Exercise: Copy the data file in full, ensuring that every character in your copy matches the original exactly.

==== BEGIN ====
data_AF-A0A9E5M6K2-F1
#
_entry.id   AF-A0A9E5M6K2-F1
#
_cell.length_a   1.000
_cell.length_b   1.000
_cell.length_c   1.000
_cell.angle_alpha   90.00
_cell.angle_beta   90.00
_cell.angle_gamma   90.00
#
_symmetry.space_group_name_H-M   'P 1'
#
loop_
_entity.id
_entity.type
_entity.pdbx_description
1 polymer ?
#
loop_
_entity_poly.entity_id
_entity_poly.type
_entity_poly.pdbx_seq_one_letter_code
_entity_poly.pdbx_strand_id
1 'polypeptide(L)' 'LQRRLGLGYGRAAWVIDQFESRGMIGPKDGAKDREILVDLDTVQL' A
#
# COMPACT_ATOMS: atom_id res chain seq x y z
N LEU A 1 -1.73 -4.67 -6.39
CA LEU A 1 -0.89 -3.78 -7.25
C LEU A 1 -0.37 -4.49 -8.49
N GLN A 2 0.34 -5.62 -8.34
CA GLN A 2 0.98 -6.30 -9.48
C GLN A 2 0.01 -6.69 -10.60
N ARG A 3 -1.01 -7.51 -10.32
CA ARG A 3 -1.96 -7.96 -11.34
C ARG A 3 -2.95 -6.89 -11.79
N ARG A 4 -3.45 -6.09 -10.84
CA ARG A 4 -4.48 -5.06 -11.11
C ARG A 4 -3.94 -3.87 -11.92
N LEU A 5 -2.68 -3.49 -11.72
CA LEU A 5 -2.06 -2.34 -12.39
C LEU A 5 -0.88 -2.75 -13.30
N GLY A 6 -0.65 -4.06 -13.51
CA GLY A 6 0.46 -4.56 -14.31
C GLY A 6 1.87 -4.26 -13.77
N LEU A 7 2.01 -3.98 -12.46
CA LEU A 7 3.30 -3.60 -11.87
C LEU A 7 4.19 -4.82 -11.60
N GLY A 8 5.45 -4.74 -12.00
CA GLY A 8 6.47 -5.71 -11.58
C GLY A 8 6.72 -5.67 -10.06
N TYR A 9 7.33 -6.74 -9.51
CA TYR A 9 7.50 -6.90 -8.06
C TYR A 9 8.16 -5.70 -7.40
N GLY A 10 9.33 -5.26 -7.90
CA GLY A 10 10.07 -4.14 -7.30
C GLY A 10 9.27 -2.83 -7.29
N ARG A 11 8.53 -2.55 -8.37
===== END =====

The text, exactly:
data_AF-A0A9E5M6K2-F1
#
_entry.id   AF-A0A9E5M6K2-F1
#
_cell.length_a   1.000
_cell.length_b   1.000
_cell.length_c   1.000
_cell.angle_alpha   90.00
_cell.angle_beta   90.00
_cell.angle_gamma   90.00
#
_symmetry.space_group_name_H-M   'P 1'
#
loop_
_entity.id
_entity.type
_entity.pdbx_description
1 polymer ?
#
loop_
_entity_poly.entity_id
_entity_poly.type
_entity_poly.pdbx_seq_one_letter_code
_entity_poly.pdbx_strand_id
1 'polypeptide(L)' 'LQRRLGLGYGRAAWVIDQFESRGMIGPKDGAKDREILVDLDTVQL' A
#
# COMPACT_ATOMS: atom_id res chain seq x y z
N LEU A 1 -1.73 -4.67 -6.39
CA LEU A 1 -0.89 -3.78 -7.25
C LEU A 1 -0.37 -4.49 -8.49
N GLN A 2 0.34 -5.62 -8.34
CA GLN A 2 0.98 -6.30 -9.48
C GLN A 2 0.01 -6.69 -10.60
N ARG A 3 -1.01 -7.51 -10.32
CA ARG A 3 -1.96 -7.96 -11.34
C ARG A 3 -2.95 -6.89 -11.79
N ARG A 4 -3.45 -6.09 -10.84
CA ARG A 4 -4.48 -5.06 -11.11
C ARG A 4 -3.94 -3.87 -11.92
N LEU A 5 -2.68 -3.49 -11.72
CA LEU A 5 -2.06 -2.34 -12.39
C LEU A 5 -0.88 -2.75 -13.30
N GLY A 6 -0.65 -4.06 -13.51
CA GLY A 6 0.46 -4.56 -14.31
C GLY A 6 1.87 -4.26 -13.77
N LEU A 7 2.01 -3.98 -12.46
CA LEU A 7 3.30 -3.60 -11.87
C LEU A 7 4.19 -4.82 -11.60
N GLY A 8 5.45 -4.74 -12.00
CA GLY A 8 6.47 -5.71 -11.58
C GLY A 8 6.72 -5.67 -10.06
N TYR A 9 7.33 -6.74 -9.51
CA TYR A 9 7.50 -6.90 -8.06
C TYR A 9 8.16 -5.70 -7.40
N GLY A 10 9.33 -5.26 -7.90
CA GLY A 10 10.07 -4.14 -7.30
C GLY A 10 9.27 -2.83 -7.29
N ARG A 11 8.53 -2.55 -8.37